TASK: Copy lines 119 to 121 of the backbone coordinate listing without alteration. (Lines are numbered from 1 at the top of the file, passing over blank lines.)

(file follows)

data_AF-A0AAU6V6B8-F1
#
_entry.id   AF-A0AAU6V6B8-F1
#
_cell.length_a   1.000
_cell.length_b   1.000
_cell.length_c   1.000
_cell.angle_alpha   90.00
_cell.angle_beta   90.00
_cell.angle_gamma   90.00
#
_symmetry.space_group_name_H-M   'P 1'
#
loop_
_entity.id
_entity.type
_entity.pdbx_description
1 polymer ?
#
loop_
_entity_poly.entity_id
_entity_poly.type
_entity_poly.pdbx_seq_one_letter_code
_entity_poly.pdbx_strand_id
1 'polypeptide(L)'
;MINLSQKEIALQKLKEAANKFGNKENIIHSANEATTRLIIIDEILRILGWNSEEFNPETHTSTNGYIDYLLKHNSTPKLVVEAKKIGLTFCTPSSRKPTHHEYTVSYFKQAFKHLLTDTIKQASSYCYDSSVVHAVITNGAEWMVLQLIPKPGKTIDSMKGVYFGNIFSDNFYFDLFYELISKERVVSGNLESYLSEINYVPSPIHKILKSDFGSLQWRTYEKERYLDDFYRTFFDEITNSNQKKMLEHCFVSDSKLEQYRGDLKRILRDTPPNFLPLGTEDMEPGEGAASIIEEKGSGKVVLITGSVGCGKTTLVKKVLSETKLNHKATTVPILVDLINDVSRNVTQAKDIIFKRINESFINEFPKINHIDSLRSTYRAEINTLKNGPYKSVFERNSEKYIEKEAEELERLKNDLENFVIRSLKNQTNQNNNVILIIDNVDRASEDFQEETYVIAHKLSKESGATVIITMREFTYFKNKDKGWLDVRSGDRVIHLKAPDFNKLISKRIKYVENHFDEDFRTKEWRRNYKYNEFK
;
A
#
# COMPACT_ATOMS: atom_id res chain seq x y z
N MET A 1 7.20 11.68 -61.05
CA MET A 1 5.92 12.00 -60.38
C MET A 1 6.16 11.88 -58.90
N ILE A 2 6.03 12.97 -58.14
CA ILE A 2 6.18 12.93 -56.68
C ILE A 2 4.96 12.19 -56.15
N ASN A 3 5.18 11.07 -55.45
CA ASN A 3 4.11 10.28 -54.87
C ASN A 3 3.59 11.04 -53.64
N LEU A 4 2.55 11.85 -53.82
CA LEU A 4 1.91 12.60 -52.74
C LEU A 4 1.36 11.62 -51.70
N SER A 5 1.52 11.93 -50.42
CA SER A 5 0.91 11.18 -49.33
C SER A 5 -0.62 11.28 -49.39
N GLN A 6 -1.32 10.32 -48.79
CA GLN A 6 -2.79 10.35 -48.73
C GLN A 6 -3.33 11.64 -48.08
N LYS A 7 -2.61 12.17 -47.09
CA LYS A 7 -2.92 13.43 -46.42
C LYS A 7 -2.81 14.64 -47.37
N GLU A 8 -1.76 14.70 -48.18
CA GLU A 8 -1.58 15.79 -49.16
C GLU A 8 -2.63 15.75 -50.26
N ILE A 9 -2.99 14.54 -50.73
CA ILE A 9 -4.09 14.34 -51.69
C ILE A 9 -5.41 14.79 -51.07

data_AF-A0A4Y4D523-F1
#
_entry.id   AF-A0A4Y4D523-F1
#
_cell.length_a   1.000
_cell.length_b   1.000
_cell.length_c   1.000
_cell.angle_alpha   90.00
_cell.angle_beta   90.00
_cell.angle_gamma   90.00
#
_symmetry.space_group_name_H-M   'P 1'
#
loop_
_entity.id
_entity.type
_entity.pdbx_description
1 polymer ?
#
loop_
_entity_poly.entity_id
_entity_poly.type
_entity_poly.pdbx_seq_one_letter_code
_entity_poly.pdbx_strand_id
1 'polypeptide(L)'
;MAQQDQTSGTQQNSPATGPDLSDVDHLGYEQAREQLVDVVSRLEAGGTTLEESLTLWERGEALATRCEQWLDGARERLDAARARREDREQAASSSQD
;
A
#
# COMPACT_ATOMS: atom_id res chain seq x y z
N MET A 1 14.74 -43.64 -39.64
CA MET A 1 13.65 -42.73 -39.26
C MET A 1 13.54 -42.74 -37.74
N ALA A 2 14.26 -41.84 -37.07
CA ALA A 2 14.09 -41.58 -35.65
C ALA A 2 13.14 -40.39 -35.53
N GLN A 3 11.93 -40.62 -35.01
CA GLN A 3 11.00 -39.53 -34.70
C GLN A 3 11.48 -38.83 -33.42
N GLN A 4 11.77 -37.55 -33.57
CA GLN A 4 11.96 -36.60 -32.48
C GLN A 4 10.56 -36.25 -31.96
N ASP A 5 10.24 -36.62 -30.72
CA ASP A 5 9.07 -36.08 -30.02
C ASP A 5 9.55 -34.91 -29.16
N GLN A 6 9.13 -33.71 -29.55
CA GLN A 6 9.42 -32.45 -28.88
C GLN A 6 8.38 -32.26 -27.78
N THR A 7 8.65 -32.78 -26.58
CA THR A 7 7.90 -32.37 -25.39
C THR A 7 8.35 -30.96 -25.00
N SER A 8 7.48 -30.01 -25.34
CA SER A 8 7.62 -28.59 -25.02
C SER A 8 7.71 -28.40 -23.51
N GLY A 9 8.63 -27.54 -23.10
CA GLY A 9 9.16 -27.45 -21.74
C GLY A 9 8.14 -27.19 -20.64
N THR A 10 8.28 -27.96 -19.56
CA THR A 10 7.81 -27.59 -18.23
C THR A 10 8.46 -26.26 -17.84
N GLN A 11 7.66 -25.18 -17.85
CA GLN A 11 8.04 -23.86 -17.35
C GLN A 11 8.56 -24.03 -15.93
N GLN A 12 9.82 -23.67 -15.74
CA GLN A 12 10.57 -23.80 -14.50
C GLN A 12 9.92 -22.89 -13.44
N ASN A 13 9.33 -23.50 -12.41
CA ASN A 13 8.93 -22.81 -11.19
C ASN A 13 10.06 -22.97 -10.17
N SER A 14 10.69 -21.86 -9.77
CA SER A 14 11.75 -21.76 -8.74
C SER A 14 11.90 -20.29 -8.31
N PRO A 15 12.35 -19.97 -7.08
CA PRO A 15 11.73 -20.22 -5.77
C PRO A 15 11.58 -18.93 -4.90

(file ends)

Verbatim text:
CA GLN A 11 8.04 -23.86 -17.35
C GLN A 11 8.56 -24.03 -15.93
N GLN A 12 9.82 -23.67 -15.74